In Utah, 94 percent of the energy produced comes from coal. That’s not the case at eBay’s data center, where fuel cells will use natural gas to power servers.
“The cost of electricity in Utah is low. It’s dirty and cheap. But that’s not what we want,” eBay vice president Dean Nelson said Thursday at the GigaOM Structure conference.
Instead of one large generator, 6 MW of smaller fuel cells will give the data center the flexibility to roll with unexpected power challenges. If one cell goes down, the facility loses a small amount of capacity instead of power altogether. The grid will function as a backup to the cells, and computers will consume energy 100 feet from where it’s generated.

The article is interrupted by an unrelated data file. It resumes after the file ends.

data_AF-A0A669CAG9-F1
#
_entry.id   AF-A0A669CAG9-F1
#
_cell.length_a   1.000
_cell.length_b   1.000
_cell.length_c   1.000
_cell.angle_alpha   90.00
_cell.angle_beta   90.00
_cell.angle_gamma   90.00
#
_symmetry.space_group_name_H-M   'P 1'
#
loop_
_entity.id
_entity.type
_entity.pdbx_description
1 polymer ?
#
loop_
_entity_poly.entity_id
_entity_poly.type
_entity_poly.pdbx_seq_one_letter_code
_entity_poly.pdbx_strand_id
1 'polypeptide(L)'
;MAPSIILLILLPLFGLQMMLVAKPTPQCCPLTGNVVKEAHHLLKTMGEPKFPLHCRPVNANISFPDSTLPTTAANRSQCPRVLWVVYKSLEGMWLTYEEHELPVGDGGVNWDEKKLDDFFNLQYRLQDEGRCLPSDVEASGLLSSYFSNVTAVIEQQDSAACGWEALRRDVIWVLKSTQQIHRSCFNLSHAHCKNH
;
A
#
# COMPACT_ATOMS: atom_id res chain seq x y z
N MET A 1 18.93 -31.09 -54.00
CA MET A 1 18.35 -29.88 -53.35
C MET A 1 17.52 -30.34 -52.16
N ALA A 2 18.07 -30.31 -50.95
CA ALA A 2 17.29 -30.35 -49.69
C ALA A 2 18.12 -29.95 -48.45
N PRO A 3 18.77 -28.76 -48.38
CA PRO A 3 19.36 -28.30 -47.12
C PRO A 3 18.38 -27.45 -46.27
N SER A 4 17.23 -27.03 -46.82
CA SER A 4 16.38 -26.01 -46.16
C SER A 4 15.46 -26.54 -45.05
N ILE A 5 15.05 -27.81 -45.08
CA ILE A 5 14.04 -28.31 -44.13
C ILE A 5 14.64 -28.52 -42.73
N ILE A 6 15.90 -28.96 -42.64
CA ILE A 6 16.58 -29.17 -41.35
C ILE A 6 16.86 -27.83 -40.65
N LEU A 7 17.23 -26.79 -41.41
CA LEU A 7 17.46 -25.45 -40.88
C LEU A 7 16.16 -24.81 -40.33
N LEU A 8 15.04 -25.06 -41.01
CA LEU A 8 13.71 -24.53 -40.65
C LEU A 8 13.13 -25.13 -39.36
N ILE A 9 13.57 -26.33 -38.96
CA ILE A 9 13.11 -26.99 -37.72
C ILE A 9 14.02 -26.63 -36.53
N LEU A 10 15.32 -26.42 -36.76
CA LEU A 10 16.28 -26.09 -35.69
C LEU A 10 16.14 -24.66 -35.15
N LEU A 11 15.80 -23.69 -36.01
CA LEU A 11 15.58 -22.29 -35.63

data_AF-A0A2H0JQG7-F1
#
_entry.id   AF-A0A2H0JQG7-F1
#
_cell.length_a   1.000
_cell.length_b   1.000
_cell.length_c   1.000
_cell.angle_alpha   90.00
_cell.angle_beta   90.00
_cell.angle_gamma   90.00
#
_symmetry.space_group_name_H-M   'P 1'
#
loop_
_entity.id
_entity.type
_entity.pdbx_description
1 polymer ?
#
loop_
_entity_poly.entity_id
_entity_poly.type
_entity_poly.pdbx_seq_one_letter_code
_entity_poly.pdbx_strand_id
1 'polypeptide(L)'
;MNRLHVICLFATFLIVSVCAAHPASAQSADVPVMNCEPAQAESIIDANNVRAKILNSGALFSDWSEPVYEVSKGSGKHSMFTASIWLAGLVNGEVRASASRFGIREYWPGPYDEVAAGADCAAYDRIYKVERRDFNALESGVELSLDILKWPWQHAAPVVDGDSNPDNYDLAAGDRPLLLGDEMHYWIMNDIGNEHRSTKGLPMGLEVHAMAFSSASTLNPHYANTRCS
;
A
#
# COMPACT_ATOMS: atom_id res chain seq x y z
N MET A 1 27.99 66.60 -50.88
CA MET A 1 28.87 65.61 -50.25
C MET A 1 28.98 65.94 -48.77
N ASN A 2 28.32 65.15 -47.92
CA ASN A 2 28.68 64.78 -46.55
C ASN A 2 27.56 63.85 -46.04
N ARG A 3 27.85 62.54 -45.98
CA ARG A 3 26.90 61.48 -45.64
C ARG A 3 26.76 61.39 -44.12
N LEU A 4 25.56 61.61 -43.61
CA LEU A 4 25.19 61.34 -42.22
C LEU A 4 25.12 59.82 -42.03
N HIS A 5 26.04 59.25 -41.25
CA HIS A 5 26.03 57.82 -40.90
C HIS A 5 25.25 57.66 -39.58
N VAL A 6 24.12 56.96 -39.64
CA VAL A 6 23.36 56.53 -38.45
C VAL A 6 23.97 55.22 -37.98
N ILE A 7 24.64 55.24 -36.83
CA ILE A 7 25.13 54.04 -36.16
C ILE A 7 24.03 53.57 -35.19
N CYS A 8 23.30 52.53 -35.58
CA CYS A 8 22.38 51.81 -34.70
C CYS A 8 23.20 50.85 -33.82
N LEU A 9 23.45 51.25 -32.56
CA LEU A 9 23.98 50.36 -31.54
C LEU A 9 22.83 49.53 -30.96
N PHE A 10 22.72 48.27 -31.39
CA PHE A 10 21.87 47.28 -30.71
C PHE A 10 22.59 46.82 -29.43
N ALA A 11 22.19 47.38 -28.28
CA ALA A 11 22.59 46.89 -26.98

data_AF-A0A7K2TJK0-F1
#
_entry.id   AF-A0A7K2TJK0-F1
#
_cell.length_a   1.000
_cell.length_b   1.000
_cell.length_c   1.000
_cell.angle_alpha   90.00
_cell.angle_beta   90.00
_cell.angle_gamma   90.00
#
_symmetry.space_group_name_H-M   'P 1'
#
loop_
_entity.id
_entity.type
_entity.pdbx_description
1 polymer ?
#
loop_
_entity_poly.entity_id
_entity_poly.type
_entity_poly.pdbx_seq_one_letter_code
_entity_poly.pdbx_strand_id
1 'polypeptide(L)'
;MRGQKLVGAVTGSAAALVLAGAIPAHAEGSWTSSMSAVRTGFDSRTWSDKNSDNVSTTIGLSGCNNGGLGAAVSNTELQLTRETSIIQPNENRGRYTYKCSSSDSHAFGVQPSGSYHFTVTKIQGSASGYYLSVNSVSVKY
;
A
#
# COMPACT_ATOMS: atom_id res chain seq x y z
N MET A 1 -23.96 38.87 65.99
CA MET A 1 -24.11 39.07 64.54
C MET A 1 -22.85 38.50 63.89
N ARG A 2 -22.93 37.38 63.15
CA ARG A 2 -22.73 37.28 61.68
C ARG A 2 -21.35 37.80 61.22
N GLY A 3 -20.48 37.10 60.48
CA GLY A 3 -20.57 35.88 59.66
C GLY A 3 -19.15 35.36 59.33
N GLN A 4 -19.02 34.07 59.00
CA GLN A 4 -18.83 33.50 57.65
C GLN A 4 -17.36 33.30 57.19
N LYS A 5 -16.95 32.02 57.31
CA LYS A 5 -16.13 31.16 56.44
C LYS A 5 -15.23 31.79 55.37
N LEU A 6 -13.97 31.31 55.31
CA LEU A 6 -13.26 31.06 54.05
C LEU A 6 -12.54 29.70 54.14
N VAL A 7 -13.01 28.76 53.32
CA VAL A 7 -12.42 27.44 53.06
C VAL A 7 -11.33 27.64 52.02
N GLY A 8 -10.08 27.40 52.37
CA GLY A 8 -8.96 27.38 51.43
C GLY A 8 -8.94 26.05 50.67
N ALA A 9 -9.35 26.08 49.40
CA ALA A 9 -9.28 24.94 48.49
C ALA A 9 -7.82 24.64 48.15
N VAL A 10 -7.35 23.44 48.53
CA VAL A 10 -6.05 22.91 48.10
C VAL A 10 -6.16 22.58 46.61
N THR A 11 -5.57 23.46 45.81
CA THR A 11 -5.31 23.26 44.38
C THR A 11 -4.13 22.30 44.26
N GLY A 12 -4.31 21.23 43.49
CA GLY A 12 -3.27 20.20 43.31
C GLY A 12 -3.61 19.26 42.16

“We’re challenging fundamentally how we’ve all done it for the last 30 years,” he said.
Bloom Energy vice president Peter Gross, who co-presented with Nelson, said natural gas has changed the power situation completely for data centers. They now have the ability to lock in energy costs for a period of 15 years. He said he was surprised by how rapidly the fuel cells were embraced by the data industry.
“We’ve been very public about this project because we do believe it starts the right dialogue,” Nelson said. “We’re proving this can be done this way.”
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